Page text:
In the recent Amazon Tax Court case, the IRS challenged the valuation of trademarks the company transferred to its overseas subsidiary. The case involved tax deficiencies of over $200 million, but the court agreed with Amazon’s experts on almost all points. To value the trademarks, experts used the comparable uncontrolled transaction (CUT) method to whittle down market transactions into those that most closely compare to the subject. This is not easy because of the large amount of empirical data on royalty rates, which can be “noisy.” Fortunately, we have an inside look at how the winning side did it.
Three-step approach: An expert for Amazon, Robert Reilly (Willamette Management Associates) found over 7,700 agreements in his initial search of the ktMINE database. Of these, he identified 865 to be in the “marketing intangible” category. Narrowing his search to the retail and internet industries yielded 167 agreements, all of which he reviewed to find CUTs. To do this, he used a three-step approach where you: (1) eliminate; (2) adjust; and (3) assess the data. In the end, he selected six comparables to determine a royalty rate.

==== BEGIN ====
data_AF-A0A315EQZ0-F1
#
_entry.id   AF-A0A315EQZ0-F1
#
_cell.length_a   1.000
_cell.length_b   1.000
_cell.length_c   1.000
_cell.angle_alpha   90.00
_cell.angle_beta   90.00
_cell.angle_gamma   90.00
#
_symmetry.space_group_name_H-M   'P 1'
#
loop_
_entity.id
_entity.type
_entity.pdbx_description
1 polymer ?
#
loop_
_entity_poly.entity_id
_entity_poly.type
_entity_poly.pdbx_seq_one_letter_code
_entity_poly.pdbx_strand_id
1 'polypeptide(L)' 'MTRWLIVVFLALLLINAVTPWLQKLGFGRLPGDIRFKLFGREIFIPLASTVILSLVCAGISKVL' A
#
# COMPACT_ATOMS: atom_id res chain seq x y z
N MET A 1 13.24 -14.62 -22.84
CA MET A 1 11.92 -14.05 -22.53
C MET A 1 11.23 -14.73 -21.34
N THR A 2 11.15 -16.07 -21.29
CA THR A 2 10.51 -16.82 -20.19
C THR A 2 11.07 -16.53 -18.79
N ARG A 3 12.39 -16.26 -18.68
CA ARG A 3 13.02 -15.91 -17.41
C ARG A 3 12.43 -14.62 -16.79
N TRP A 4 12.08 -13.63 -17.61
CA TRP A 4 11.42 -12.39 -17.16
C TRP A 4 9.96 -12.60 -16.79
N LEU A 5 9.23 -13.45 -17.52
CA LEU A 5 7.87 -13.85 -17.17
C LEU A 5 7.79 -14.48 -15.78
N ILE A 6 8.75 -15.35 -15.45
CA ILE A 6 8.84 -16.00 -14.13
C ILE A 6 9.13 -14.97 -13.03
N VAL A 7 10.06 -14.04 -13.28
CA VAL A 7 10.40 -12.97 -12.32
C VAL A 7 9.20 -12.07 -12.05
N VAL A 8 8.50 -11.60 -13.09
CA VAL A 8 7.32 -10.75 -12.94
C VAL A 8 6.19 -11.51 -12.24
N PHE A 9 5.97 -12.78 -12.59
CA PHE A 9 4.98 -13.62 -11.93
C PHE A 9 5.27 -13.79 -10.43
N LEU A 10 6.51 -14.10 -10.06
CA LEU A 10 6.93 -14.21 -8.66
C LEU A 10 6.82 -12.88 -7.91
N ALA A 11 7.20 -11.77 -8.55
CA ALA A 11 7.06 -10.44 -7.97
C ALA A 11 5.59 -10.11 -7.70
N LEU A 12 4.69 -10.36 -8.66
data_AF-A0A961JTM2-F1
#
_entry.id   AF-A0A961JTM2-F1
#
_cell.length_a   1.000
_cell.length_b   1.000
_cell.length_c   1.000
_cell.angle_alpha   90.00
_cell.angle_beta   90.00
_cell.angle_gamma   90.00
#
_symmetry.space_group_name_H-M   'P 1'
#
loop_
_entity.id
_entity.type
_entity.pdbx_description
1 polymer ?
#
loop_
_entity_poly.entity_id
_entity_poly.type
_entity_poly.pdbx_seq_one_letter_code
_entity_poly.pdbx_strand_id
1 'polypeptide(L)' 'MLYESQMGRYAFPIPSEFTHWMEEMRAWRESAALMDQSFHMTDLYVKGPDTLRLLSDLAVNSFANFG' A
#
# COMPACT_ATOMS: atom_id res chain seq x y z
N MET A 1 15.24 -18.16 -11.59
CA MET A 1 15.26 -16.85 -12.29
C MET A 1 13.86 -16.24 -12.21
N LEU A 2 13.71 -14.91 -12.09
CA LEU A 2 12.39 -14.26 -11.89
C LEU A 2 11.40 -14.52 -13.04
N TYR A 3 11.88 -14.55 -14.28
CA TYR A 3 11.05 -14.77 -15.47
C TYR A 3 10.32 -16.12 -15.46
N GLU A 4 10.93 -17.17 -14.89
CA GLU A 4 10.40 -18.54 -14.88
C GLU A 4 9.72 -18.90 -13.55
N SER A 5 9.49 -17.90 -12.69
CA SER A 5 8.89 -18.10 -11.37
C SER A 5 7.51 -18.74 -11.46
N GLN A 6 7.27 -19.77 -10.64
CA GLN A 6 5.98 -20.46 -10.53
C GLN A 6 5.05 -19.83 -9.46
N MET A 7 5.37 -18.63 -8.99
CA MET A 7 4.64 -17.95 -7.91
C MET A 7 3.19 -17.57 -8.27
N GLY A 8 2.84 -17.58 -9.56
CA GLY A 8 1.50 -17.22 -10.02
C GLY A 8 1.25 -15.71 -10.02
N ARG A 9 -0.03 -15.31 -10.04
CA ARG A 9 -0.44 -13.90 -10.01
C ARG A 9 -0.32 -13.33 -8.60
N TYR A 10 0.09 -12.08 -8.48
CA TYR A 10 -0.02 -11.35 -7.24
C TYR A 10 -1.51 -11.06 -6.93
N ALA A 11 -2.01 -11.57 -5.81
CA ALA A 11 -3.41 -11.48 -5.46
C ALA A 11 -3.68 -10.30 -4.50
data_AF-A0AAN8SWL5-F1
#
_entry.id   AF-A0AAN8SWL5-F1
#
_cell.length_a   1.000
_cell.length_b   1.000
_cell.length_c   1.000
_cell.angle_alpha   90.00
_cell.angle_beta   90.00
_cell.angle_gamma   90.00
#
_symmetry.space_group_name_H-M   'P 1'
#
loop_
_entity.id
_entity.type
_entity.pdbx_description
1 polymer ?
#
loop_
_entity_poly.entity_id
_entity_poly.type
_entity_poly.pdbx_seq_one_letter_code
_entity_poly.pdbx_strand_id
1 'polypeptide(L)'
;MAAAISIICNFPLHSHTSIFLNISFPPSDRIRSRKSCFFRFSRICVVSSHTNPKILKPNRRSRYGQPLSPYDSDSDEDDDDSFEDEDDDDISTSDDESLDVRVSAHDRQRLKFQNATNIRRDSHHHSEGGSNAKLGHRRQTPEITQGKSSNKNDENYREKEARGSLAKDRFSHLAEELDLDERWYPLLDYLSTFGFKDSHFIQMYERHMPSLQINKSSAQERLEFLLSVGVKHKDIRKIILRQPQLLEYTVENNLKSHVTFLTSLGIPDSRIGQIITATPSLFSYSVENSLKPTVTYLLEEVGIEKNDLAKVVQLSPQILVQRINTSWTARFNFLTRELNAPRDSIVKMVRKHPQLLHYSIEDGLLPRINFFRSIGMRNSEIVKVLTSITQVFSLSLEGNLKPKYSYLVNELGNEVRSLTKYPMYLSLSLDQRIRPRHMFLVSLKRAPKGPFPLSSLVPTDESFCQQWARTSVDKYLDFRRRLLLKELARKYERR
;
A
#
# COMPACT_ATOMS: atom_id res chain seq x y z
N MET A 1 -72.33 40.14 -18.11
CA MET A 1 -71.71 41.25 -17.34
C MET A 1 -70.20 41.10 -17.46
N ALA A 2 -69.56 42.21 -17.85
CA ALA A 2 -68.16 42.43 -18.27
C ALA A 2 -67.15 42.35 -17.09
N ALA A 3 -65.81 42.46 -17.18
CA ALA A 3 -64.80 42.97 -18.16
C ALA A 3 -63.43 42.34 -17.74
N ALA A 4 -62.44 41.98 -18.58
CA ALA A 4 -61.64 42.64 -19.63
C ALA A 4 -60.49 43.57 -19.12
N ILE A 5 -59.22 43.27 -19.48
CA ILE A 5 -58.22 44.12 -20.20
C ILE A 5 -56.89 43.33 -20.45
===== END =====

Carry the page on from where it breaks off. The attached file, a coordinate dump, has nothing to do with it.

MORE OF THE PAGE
We point out that you should not rely on only one data source when doing this analysis. In the Amazon case, Reilly also used RoyaltySource and RoyaltyRange but did not identify any additional CUTs beyond what he determined from ktMINE data.
Get the details: An article that illustrates Reilly’s approach in detail with a hypothetical example he supplied but using real-world data is available from BVR as a complimentary download. This article, titled “Three-Step Analysis to Manage the ‘Noise’ in IP Royalty Rate Data,” originally appeared in Business Valuation Update. BVU subscribers already have access to this article as part of a searchable archive of over 20 years of articles that represent the collective wisdom and practical advice from the top experts in the valuation profession.